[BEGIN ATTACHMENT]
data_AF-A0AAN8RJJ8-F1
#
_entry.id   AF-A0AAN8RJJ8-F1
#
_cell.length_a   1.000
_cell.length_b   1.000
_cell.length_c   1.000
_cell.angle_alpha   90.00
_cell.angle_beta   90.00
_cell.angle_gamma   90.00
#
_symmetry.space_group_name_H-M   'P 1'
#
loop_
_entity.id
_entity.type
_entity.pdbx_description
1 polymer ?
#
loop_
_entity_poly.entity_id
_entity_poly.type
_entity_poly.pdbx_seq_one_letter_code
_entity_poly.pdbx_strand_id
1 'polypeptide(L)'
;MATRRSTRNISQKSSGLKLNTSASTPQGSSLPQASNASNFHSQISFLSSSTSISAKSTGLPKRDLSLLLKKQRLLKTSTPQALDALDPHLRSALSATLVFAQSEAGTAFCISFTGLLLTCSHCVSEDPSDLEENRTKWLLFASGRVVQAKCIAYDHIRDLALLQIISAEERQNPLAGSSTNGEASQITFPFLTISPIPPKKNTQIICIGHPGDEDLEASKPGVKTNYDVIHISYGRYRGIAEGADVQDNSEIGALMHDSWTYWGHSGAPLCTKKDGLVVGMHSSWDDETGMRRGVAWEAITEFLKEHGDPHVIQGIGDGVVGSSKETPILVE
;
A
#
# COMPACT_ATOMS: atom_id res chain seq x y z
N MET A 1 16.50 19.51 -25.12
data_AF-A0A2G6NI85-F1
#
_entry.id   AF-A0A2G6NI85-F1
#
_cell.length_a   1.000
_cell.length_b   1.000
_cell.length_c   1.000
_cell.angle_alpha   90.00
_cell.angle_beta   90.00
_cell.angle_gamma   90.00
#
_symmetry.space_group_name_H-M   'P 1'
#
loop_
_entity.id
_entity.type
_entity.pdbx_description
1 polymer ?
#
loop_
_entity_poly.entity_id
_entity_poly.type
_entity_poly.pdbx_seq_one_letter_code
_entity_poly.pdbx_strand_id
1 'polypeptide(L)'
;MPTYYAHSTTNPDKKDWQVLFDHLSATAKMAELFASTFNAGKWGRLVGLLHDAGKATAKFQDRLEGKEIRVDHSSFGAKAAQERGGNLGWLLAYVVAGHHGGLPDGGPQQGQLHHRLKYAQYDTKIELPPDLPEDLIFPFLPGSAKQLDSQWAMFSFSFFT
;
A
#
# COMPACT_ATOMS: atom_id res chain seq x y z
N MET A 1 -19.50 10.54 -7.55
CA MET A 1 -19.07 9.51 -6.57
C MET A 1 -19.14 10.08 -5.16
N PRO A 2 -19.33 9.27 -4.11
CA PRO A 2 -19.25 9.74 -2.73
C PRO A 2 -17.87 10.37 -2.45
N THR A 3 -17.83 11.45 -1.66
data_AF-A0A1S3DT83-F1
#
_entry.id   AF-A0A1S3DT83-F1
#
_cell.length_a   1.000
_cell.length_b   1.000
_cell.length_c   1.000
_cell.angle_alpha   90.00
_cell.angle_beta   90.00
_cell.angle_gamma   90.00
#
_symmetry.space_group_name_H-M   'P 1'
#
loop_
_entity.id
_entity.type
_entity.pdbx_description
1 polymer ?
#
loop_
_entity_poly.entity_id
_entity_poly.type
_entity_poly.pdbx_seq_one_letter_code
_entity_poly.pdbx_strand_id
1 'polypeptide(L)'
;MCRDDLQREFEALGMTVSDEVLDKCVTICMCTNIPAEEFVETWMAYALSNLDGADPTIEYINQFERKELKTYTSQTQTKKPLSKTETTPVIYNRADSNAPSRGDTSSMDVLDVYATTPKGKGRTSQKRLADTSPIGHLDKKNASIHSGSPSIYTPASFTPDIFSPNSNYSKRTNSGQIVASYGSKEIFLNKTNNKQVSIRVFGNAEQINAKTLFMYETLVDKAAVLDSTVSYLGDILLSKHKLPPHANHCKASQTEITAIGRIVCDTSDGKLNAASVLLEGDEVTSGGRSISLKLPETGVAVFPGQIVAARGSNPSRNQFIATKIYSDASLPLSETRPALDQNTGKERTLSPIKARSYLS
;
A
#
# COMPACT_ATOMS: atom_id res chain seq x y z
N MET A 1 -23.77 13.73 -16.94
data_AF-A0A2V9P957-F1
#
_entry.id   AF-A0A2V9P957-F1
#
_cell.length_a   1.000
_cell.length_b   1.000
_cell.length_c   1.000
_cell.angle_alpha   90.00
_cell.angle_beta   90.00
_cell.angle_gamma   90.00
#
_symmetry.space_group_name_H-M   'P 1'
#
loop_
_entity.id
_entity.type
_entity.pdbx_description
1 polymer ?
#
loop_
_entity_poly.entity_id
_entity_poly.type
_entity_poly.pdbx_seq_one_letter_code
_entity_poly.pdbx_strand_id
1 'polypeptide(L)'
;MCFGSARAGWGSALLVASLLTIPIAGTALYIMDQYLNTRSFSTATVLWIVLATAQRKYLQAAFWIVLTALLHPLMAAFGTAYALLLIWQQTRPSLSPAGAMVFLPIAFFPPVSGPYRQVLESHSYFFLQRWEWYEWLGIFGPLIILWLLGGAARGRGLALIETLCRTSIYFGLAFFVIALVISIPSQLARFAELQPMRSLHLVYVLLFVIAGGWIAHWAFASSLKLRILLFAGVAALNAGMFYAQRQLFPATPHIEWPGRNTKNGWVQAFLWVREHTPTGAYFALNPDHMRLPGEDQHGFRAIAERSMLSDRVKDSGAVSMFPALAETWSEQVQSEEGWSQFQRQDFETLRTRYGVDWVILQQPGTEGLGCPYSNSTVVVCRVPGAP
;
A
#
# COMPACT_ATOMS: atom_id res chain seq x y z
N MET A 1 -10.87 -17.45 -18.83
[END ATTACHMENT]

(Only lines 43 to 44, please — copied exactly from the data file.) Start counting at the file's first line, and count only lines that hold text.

_symmetry.space_group_name_H-M   'P 1'
#